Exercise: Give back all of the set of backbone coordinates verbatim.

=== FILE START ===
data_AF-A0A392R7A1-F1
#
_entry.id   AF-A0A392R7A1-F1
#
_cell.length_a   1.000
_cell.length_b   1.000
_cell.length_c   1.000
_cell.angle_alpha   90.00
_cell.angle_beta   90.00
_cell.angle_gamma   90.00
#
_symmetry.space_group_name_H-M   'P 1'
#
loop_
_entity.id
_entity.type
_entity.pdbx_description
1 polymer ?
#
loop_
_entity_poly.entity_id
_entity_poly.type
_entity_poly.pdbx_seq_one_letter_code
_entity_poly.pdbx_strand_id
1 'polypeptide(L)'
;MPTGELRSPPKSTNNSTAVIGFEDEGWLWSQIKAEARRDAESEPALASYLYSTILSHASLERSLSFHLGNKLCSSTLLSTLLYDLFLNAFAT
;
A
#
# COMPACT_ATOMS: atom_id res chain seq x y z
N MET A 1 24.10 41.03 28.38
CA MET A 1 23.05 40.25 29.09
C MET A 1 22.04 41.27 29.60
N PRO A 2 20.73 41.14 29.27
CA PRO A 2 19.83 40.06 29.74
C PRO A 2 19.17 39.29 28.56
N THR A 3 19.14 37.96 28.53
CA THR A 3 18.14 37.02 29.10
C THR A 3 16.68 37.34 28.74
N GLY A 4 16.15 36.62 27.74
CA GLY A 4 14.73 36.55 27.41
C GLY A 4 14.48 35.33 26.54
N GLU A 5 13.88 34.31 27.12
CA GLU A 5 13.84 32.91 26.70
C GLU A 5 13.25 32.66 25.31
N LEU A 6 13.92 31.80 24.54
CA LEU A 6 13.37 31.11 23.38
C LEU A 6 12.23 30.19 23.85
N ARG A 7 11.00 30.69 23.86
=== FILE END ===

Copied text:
data_AF-A0A392R7A1-F1
#
_entry.id   AF-A0A392R7A1-F1
#
_cell.length_a   1.000
_cell.length_b   1.000
_cell.length_c   1.000
_cell.angle_alpha   90.00
_cell.angle_beta   90.00
_cell.angle_gamma   90.00
#
_symmetry.space_group_name_H-M   'P 1'
#
loop_
_entity.id
_entity.type
_entity.pdbx_description
1 polymer ?
#
loop_
_entity_poly.entity_id
_entity_poly.type
_entity_poly.pdbx_seq_one_letter_code
_entity_poly.pdbx_strand_id
1 'polypeptide(L)'
;MPTGELRSPPKSTNNSTAVIGFEDEGWLWSQIKAEARRDAESEPALASYLYSTILSHASLERSLSFHLGNKLCSSTLLSTLLYDLFLNAFAT
;
A
#
# COMPACT_ATOMS: atom_id res chain seq x y z
N MET A 1 24.10 41.03 28.38
CA MET A 1 23.05 40.25 29.09
C MET A 1 22.04 41.27 29.60
N PRO A 2 20.73 41.14 29.27
CA PRO A 2 19.83 40.06 29.74
C PRO A 2 19.17 39.29 28.56
N THR A 3 19.14 37.96 28.53
CA THR A 3 18.14 37.02 29.10
C THR A 3 16.68 37.34 28.74
N GLY A 4 16.15 36.62 27.74
CA GLY A 4 14.73 36.55 27.41
C GLY A 4 14.48 35.33 26.54
N GLU A 5 13.88 34.31 27.12
CA GLU A 5 13.84 32.91 26.70
C GLU A 5 13.25 32.66 25.31
N LEU A 6 13.92 31.80 24.54
CA LEU A 6 13.37 31.11 23.38
C LEU A 6 12.23 30.19 23.85
N ARG A 7 11.00 30.69 23.86